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The market was expecting Fred Hassan to drop the hammer, and Thursday night, the new



chief did just that.

Schering-Plough cut its dividend by two-thirds -- to 5.5 cents per share from 17 cents per share Thursday night -- a move widely anticipated by investors as just one step needed to turn around the ailing drugmaker.

Hassan, who took the reins at Schering-Plough in April, also warned that 2004 earnings likely would be lower than current-year profits. And he announced additional "aggressive measures" aimed at stabilizing the company, including deeper spending cuts and the elimination of jobs and executive bonuses and employee profit sharing.

"We will all be making sacrifices as a result of these actions. We remain confident that, by taking these actions, we will set a strong foundation for long-term growth," Hassan said in a statement.

Schering-Plough shares closed Thursday up 24 cents, or 1.5%, at $16.48, and the stock was halted, unchanged, in after-hours trading.

The story at Schering-Plough has long been one of a drugmaker in decline due to weakening product sales. The loss of patent protection on its key allergy drug Claritin, coupled with the launch of generic and over-the-counter versions of the drug, sharply impacted sales.

Before that, Schering-Plough was forced to deal with well-publicized manufacturing problems, and most recently, the company's hepatitis C franchise has come under attack from rival drugmaker


. The recent launch of a new cholesterol-fighting drug, Zetia, has been a bright spot, but not enough to compensate for the overall decline in Schering-Plough's drug portfolio.

Since December 2000, Schering-Plough shares have plunged more than 70%.

Even though many of these steps announced Thursday were expected by Wall Street, the timing of the announcement, the way it was handled, and the magnitude of the cuts surprised and angered analysts, some of whom lashed out on an evening conference call.

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One analyst accused Hassan of "hiding" by issuing a late statement but not making a personal appearance on the conference call. A Schering-Plough representative on the call defended Hassan, calling the criticism "unfair," explaining he was not able to be on the call due to a prior commitment.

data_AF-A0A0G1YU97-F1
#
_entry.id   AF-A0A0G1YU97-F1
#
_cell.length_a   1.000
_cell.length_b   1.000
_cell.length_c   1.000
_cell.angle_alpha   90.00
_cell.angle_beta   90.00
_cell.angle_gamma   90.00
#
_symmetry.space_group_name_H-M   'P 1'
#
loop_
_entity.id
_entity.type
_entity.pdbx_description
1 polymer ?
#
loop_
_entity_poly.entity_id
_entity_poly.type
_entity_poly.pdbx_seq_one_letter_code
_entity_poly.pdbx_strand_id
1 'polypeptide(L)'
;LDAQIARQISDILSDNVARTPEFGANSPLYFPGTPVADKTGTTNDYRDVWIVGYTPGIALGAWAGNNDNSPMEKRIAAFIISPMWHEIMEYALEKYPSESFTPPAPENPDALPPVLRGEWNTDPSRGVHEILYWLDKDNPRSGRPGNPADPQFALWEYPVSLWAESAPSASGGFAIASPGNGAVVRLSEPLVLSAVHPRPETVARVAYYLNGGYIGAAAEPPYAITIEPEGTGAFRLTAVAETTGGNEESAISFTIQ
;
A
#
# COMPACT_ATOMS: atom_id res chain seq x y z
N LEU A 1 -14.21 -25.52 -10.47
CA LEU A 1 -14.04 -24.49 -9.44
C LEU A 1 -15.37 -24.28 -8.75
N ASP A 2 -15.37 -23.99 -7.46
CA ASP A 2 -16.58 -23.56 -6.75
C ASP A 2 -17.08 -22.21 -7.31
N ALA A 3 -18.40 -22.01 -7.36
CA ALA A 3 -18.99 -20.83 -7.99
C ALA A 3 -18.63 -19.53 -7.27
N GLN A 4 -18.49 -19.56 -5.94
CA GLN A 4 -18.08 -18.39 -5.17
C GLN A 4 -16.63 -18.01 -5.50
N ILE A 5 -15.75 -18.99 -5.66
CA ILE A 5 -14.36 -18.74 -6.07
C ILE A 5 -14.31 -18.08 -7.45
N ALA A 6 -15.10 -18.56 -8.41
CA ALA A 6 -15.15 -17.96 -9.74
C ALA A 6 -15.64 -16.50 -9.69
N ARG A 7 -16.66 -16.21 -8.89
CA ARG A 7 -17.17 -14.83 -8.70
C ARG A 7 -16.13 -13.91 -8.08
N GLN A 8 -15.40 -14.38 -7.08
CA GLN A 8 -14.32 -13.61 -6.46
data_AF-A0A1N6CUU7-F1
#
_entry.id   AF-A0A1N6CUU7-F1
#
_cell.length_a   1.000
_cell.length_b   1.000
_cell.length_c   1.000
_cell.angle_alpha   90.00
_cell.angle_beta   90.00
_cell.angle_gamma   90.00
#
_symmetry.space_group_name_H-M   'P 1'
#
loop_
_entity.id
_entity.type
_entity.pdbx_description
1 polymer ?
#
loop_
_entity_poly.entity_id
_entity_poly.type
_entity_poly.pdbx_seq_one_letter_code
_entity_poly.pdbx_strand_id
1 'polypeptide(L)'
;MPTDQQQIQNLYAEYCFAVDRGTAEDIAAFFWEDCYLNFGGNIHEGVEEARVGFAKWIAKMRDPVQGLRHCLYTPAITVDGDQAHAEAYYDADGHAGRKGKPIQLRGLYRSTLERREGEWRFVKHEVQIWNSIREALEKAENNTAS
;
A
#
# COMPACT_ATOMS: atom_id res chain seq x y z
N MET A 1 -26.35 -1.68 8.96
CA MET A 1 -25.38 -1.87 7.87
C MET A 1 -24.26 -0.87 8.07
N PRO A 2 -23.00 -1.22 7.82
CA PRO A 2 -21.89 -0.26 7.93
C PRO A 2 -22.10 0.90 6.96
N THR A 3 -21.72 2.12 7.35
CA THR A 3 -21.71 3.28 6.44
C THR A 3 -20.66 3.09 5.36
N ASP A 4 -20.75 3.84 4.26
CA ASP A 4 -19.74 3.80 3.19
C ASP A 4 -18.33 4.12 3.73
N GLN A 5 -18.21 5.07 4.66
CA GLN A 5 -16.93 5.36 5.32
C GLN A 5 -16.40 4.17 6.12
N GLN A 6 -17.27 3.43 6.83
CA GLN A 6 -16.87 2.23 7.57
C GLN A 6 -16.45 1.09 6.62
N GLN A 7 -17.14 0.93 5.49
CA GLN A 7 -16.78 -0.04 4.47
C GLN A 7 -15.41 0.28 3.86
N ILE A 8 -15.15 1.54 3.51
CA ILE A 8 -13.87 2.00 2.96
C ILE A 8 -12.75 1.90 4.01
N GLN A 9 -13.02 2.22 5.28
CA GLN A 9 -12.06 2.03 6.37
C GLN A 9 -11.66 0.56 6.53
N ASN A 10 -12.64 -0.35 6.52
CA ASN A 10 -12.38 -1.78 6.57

Hassan, the former CEO at


, is a highly regarded pharmaceutical executive, so his decision to join Schering-Plough was widely cheered on Wall Street, even with the acknowledgement that he had a tough task ahead of him in trying to turn the drugmaker around.

Thursday's drastic actions send a message to the market that Hassan is taking the turnaround job seriously. The question facing investors now is whether this signals the bottom for Schering-Plough, and more importantly, the beginning of better times ahead for its stock.

James Cramer,'s

co-founder and a

contributor, has been bullish on Schering-Plough, looking past the current situation to what he believes will be a strong turnaround.

"It's like the movie

Groundhog Day

, this stock. It just goes from bad to worse. Then why am I buying it? Because when

Schering-Plough turns, and it will turn, I will make a ton of money, "

Cramer wrote on Aug. 12. Cramer is long Schering-Plough.

Schering-Plough's dividend cut is the first by a pharmaceutical firm in 20 years. "The previous dividend level is not realistic given the company's reduced revenues, the need to conserve cash and the inherited regulatory and legal issues and the need to invest for future growth," Hassan said in the statement.

Schering-Plough was expected to earn 46 cents in 2003 and 59 cents in 2004, according to Thomson First Call. But Thursday night, the drugmaker warned that 2004 earnings likely would be lower than those in 2003.

In addition, the drugmaker said second-half earnings likely would be lower than those in the first half of the year. The company earned 22 cents per share in the first six months of 2003.

Other actions announced Thursday included:

The company must accelerate and intensify cost-cutting beyond the $200 million in savings target originally announced as a target for 2003.

The company will eliminate bonuses for this year under the company's standard bonus plans. That means Hassan will forego up to $2 million in potential bonuses. Employees won't get any profit-sharing payments for the first time in 47 years. And all routine employee merit raises will be frozen through 2004, except in rare circumstances.

Employees will be encouraged to retire early based on certain criteria. Hassan is seeking the departure of at least 1,000 people out of an eligible group of 2,900 in the U.S. "This is the first phase of a global workforce reduction in all areas of the company," Hassan said.

The company will institute "tight controls" on hiring and "major cutbacks" in travel costs, meeting costs and general expenses. Schering-Plough will sell its corporate jet, close its executive lunch room, and eliminate nonstandard executive health plans.

The warning on 2004 earnings also prompted several analysts to question whether the financial situation at the company was even worse than previously thought, suggesting that a turnaround might take much longer than expected. One key concern is the launch and sales ramp of Zetia, especially now that



is about to roll out its own cholesterol-lowering drug, Crestor.

"This is not a quick fix," said a Schering-Plough representative on the conference call. "It will take some time." Staff Reporter Robert Steyer contributed to this report

Adam Feuerstein writes regularly for In keeping with TSC's editorial policy, he doesn't own or short individual stocks, although he owns stock in He also doesn't invest in hedge funds or other private investment partnerships. He invites you to send

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